In her youth, Molly Anderson couldn't help crushing on gorgeous bad boy Dylan Blackeven though he only had eyes for her older sister. When things didn't work out between them, he said goodbye to Molly as well, vowing they'd have a great adventure when she grew up. Years later, dumped by her fiancé just before Christmas, she's finally ready to take Dylan up on his promise.
A guarded Dylan always had a weakness for Molly, and when she waltzes back into his lifegrown-up and gorgeoushe's stunned. So why not whisk her away for some no-strings-attached fun?
Laughter-filled days and late-night kisses are changing Molly's life, for good. The only gift she truly wants now is Dylan's love, but when he discovers the secret she's been keeping, she may lose him again this time forever.
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"It's easier in the movies," Molly said as she leaned against the door frame and surveyed the mess that was her bedroom. In the movies or on television, when a character decided to escape from her life by packing up and leaving everything behind, there was an upswell of music, then the scene changed and she was on the road, or the plane or whatever. In real life, someone had to do the packing.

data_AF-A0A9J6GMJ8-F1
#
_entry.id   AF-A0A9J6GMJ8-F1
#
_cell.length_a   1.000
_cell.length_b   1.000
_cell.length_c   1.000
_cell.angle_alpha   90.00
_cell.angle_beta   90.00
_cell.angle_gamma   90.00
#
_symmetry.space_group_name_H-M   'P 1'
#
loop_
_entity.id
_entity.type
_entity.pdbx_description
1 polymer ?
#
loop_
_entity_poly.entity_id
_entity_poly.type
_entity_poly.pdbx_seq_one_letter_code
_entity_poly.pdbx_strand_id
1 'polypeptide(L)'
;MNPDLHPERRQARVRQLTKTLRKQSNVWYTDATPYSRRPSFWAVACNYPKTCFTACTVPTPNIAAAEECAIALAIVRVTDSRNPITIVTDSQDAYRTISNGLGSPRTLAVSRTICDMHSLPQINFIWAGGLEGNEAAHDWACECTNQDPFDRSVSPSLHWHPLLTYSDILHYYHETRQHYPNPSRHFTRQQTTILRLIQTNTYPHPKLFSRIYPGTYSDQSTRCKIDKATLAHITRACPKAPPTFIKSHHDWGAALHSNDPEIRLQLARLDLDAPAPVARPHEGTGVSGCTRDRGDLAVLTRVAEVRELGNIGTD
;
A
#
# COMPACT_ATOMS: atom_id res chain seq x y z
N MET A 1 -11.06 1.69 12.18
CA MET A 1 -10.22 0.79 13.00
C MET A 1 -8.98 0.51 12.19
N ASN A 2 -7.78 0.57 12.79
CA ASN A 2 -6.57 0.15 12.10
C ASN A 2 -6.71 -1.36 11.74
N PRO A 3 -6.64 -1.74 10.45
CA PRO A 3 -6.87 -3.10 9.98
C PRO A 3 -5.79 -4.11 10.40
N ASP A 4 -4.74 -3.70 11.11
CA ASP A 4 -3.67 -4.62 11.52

"As no one else seems to be volunteering, I guess that someone is me," Molly murmured.
She looked at the open suitcase on her bed, at the piles of clothing scattered around. There was a notepad on her dresser that listed the things she had to do before she could go. Stop the paper and the mail, check that her bills were paid. At least she didn't have a pet to worry about.
There was also the small issue of deciding where she wanted to go. Running away would be easier if she had a destination in mind. But right now, all she wanted was to get awayto leave and never come back. Unfortunately, that wasn't an option.
She crossed to the bed and picked up a sweater. It was early December in Southern California, which meant warm, sunny days and cool nights. She tossed the sweater into the suitcase. Jeans were necessary, but did she need a dress? A dress or even a skirt and blouse meant uncomfortable shoes, which were more than she wanted to deal with. Then there was the whole issue of the right purse and
Molly swore under her breath. "None of this is important," she told herself. "Just go." She could feel the tears forming, tears that she'd promised herself she wouldn't be crying again. It wasn't supposed to keep hurting, but it did. If only she could forget. If only there were something she could do to fall asleep for the next couple of weeks until everything had been resolved.
She shook her head. It was going to take more than two weeks, she reminded herself. It could take months. So a year from now she would be fine, right?
She didn't have the answer. No one did. She sucked in a deep breath. She was strong and tough and she wasn't going to let the situation get her down. After squaring her shoulders, she crossed to her dresser and tugged out her lingerie drawer. She then returned to the bed and dumped the entire contents into her suitcase. If she couldn't decide what to take, she would take everything. That made life simpler.